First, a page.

• BEDOPS Starch v2 archives contain useful, precomputed metadata that can improve the efficiency of scripts.

      For instance, calling unstarch --elements on a Starch v2 archive shows the total number of records in the entire file or for any individual chromosome, while unstarch --bases and unstarch --bases-uniq give the number of total and unique bases covered by elements in the whole archive or over elements of the specified chromosome. These latter two options are analogous to those already available in bedmap.

      As an example, using the --elements operator on a Starch v2 archive made from DNaseI-seq or RNAseq tag data would return the total number of reads over the entire BED file. Using --elements chr3 would return the total number of tags in chromosome chr3.

      Values are precomputed and stored in the archive's metadata, allowing practically instantaneous retrieval. Going back to --elements again, this option is much, much faster than extracting data and piping it to wc -l.

    • New checksum data help validate the integrity of the archive and its metadata.

    • Other metadata enhancements to Starch-format archival and extraction, including: --note, --list-chromosomes, --archive-timestamp, --archive-type and --archive-version.

    • Added 20-35% performance boost to creating Starch archives with starch utility.

    • New documentation with technical overview of the Starch format specification.

  • Conversion scripts

  • Overall improvements in 64-bit type handling and error checking

    • Consistency across the codebase helps ensure that all BEDOPS applications can scale to arbitrarily large genomes.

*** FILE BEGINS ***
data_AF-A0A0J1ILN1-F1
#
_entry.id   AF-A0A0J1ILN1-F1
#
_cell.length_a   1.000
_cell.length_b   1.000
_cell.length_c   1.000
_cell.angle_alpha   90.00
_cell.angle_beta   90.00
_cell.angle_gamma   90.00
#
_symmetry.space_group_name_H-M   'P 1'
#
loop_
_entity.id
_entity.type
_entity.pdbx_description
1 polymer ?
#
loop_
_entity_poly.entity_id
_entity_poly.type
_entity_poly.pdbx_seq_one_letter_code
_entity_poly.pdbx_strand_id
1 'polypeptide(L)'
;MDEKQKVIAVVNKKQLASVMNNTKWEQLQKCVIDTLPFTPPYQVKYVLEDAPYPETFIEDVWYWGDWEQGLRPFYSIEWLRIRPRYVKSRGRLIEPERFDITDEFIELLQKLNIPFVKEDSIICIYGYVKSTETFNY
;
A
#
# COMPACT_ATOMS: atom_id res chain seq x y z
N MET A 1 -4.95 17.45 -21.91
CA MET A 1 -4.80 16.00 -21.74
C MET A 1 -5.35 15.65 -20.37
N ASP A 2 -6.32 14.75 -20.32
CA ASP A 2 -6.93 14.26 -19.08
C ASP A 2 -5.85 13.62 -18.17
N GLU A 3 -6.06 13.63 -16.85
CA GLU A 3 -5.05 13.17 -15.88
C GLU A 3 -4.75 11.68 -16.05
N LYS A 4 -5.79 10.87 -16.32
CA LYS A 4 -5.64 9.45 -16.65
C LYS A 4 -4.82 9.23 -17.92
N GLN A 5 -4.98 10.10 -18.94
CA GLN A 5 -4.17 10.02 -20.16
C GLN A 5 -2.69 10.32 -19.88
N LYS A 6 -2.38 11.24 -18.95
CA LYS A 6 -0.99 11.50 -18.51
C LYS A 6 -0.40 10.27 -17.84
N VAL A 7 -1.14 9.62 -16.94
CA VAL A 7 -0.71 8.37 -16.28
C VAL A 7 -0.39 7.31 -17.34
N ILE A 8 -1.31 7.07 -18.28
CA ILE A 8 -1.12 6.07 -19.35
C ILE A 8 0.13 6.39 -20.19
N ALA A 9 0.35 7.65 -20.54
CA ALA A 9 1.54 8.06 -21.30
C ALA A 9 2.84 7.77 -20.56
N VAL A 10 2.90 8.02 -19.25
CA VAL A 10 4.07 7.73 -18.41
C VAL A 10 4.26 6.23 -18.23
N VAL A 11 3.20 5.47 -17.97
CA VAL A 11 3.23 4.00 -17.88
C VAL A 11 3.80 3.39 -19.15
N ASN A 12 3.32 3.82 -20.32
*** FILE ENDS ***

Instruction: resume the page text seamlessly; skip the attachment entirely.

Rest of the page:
bed tool • 2.2k views
ADD COMMENTlink modified 4.3 years ago • written 4.4 years ago by Alex Reynolds20k
2

+1 for --chrom --echo-map-id-uniq operators

ADD REPLYlink modified 4.4 years ago • written 4.4 years ago by Irsan6.3k

Hi Alex, the BEDOPS sort-bed command is light-speeds faster than GNU sort. The problem for me is and probably anyone else working on DNA methylation, SNPs or other single base features is that it spits back an error when the start and stop coordinates are the same in the input bed file. If there was a way to make it accept bed files with stop and stop co-orindates the same position, it would make it a much more useful tool for people like me. Thanks for  your work on BEDOPS.  Ethan

 

 

ADD REPLYlink written 2.9 years ago by eford.dna0

One easy way to fix BED files with zero-length elements (where start = stop index) is to subtract one base from the start position with awk or similar, e.g.:

$ awk '{print $1"\t"($2-1)"\t"$3}' zero_length_elements.bed | sort-bed - > fixed_and_sorted.bed
ADD REPLYlink modified 2.9 years ago • written 2.9 years ago by Alex Reynolds20k